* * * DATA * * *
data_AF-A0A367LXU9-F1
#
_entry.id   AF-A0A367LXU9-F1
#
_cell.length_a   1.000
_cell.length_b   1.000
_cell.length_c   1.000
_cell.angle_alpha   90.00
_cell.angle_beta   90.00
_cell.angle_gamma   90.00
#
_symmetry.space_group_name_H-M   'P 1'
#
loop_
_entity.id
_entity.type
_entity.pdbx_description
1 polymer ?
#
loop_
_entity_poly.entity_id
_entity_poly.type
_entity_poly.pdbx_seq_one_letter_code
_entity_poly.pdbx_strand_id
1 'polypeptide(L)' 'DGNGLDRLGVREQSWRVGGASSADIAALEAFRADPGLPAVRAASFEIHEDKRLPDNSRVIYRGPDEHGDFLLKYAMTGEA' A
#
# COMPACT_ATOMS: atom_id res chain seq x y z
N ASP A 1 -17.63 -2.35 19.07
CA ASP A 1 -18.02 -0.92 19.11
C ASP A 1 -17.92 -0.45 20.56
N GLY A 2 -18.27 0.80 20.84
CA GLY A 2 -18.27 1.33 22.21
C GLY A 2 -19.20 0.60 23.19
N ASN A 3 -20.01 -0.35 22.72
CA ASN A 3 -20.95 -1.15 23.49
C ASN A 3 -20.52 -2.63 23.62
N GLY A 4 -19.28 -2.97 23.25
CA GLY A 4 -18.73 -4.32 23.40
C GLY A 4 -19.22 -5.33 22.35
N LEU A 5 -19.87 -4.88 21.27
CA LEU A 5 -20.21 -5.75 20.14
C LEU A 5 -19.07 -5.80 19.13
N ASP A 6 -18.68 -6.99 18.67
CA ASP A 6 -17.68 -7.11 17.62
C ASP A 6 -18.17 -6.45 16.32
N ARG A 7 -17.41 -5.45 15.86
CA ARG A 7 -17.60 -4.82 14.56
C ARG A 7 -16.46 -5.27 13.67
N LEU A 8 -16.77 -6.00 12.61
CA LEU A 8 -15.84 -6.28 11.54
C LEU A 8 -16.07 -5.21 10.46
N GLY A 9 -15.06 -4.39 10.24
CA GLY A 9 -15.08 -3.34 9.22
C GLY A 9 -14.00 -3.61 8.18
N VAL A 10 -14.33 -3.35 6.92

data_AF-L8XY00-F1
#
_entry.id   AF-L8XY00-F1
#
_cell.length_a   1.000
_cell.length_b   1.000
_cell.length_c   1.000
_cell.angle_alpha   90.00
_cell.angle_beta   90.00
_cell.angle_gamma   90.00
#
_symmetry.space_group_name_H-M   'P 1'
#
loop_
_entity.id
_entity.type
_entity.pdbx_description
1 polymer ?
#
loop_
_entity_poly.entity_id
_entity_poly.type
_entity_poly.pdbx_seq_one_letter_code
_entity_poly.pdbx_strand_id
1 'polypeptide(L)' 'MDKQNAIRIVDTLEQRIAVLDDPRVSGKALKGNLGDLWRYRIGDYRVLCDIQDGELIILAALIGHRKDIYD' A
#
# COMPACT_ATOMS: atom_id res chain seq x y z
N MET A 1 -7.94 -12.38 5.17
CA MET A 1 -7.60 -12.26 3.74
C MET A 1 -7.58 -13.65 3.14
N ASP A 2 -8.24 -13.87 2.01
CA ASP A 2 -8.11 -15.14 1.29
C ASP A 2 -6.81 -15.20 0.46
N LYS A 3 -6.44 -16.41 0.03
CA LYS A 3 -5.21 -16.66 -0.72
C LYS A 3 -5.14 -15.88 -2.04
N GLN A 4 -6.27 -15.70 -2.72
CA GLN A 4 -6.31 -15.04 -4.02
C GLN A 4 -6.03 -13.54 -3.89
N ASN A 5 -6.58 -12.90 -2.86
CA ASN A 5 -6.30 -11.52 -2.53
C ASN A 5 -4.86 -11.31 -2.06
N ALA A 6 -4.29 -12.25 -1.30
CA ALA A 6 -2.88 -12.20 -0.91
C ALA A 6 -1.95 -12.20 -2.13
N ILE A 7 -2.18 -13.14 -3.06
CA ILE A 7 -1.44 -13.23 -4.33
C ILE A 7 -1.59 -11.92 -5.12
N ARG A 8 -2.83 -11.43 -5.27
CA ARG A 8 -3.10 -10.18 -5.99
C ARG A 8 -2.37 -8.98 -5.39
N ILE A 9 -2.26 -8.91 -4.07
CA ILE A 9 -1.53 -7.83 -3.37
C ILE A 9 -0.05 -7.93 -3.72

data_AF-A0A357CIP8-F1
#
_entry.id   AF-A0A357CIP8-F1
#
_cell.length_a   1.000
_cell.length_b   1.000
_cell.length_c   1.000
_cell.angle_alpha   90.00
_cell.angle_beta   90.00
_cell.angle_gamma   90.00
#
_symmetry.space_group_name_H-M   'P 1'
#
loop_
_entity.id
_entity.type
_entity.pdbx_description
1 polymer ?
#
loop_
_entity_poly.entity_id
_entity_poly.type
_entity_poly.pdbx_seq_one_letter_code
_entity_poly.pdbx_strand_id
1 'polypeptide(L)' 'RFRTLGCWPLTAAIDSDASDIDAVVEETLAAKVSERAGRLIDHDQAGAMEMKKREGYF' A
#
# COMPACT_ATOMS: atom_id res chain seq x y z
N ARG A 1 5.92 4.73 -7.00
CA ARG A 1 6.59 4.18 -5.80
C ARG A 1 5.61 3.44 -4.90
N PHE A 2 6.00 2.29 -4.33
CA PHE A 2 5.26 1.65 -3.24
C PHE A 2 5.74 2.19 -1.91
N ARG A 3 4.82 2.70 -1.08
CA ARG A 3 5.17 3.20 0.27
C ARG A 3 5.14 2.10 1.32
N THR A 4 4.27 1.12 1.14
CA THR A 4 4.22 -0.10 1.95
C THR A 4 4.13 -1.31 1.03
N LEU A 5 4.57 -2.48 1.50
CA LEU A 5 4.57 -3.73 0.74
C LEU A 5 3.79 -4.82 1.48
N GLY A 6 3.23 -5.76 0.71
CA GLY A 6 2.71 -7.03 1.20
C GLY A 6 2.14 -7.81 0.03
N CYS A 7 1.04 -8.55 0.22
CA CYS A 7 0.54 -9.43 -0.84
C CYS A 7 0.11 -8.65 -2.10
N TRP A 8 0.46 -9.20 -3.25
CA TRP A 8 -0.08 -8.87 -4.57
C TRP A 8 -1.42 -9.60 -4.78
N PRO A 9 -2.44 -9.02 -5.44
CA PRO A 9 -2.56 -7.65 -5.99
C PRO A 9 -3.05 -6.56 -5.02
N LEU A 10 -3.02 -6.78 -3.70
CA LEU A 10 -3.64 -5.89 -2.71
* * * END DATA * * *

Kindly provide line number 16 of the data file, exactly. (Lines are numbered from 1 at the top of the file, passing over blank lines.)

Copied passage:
_entity.type